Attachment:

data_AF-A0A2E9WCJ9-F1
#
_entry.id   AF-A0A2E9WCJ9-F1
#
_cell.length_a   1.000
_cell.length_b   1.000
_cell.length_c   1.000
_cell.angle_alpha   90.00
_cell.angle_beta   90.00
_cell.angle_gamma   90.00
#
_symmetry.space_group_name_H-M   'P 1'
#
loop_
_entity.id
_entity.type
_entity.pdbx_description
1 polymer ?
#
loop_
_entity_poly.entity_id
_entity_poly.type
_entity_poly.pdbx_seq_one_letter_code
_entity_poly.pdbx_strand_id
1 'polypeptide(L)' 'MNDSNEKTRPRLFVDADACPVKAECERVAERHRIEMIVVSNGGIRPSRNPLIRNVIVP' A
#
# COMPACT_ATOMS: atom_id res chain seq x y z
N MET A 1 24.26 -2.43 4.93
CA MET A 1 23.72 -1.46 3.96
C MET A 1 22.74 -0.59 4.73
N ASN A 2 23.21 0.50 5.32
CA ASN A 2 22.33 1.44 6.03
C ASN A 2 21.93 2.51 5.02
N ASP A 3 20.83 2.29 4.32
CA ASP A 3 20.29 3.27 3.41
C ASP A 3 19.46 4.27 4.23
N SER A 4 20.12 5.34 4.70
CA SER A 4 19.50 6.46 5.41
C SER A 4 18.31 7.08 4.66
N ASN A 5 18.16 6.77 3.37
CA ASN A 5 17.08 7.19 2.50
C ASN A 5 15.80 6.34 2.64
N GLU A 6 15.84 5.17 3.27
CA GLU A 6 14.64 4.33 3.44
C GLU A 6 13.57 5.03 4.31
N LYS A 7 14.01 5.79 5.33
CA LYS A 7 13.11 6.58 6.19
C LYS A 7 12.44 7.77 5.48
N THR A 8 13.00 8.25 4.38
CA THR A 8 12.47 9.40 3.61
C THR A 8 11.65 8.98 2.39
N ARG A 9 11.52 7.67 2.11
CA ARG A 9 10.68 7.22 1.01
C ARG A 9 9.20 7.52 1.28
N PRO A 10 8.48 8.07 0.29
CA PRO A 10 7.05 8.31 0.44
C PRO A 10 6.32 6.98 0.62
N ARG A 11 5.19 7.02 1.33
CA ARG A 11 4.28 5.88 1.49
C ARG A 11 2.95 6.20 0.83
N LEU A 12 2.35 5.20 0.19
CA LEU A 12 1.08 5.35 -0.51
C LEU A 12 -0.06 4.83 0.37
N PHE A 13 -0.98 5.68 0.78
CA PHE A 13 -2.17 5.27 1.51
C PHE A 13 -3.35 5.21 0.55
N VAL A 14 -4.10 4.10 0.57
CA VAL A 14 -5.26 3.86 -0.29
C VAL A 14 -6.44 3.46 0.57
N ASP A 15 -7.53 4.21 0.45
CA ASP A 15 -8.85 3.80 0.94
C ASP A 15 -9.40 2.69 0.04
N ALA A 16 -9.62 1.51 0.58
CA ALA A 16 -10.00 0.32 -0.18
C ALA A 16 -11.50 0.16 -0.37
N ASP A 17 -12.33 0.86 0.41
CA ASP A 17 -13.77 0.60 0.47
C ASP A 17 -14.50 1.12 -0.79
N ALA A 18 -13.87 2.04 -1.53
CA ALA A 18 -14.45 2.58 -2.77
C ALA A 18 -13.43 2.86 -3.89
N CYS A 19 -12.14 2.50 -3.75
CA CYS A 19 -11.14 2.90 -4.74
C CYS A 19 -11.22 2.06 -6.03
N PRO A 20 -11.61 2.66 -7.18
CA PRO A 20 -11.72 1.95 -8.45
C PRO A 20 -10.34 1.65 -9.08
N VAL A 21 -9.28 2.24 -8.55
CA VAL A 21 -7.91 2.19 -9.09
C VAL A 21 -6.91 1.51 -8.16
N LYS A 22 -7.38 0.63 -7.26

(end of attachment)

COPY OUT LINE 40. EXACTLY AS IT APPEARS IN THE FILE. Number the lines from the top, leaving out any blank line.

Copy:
N ASN A 5 18.16 6.77 3.37